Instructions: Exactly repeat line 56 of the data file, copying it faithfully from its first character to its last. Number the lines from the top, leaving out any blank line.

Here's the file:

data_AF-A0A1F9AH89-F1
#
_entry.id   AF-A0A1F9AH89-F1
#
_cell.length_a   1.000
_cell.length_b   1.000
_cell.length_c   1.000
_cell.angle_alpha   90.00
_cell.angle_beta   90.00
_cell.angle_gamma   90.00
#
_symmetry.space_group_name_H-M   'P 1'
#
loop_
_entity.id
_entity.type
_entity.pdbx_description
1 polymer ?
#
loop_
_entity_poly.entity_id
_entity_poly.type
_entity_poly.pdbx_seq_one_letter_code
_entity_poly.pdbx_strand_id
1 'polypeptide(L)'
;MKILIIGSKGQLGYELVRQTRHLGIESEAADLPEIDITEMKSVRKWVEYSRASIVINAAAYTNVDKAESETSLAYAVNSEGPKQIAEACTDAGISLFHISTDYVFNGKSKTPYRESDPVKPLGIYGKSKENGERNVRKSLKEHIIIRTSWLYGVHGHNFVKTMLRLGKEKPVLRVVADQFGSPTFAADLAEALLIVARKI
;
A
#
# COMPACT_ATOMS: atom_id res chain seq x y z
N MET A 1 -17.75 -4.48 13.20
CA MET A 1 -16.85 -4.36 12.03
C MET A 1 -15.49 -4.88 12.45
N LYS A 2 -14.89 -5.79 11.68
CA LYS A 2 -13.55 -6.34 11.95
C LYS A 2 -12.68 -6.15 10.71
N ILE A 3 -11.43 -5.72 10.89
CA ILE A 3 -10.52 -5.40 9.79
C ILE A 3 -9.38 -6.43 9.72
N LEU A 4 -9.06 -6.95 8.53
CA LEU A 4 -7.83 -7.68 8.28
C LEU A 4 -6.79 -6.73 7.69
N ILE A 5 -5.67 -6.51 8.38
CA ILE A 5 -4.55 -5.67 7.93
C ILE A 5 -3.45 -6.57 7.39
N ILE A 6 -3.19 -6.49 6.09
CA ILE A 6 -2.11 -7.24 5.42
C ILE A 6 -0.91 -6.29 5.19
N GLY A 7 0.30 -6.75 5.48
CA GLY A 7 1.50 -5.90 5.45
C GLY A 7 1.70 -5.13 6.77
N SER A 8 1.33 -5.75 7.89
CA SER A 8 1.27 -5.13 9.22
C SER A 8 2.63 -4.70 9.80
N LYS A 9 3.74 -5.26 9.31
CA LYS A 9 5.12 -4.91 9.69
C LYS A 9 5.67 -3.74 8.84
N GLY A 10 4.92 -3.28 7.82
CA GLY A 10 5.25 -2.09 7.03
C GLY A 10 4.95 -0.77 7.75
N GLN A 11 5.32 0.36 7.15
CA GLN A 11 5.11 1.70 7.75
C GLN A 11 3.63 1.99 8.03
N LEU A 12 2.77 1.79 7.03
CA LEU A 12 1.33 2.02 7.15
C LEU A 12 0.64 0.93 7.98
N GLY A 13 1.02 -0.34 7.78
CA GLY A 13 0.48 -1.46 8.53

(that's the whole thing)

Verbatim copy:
CA LYS A 9 5.12 -4.91 9.69